But perhaps a smidgeon more credit may be due to the employees who are on the other end of the scale.  When you find them sitting alone in the break room, or avoiding gathering around the water cooler, they may be investing more amount of time in their work tasks — and developing a higher level of skill as a result.

I guess every cloud has a silver lining …

What’s the Latest with Employee Satisfaction?

Coming off the worst recession in memory, just how happy are Americans in their jobs today?

An online survey of ~450 American adults conducted in late February by enterprise feedback management and research firm MarketTools has found that only ~34% consider themselves “very satisfied” in their current job positions:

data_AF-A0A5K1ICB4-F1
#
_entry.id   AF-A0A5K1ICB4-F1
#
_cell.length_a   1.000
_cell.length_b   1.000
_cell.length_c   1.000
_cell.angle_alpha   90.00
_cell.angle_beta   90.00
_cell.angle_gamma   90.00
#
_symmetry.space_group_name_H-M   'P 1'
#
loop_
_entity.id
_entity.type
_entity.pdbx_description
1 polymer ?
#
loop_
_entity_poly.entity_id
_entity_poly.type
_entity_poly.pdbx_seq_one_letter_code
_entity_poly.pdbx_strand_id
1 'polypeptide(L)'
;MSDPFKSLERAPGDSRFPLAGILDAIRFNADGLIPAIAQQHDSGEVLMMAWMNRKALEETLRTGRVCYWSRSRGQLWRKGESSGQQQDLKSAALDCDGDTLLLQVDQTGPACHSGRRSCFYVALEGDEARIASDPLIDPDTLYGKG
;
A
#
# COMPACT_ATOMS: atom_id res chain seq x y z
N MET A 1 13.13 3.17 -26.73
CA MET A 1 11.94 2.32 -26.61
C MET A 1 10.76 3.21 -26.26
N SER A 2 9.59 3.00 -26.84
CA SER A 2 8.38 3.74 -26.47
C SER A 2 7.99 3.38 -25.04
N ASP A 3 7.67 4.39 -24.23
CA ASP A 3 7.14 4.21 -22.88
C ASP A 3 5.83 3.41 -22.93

 Very satisfied: ~34%
 Somewhat satisfied: ~40%
 Neither satisfied nor dissatisfied: ~10%
 Somewhat dissatisfied: ~10%
 Very dissatisfied: ~5%

Those results would seem to portend that a significant number of people will be looking to change jobs in the near-term future.

And in fact, nearly 50% of these respondents reported that they’ve “considered” leaving their current positions – and more than 20% have actually applied for another job within the past six months.

What’s causing dissatisfaction among employees? They’re the usual things, beginning with salary, although many respondents cited multiple contributing factors to employee dissatisfaction:

 Salary level: ~47% of respondents
 Level of workload: ~24%
 Lack of opportunity for advancement / career development: ~21%
 Relationship with manager / supervisor: ~21%
 Medical benefits issues: ~20%
 Work environment: ~14%
 Length of commute / distance from home: ~14%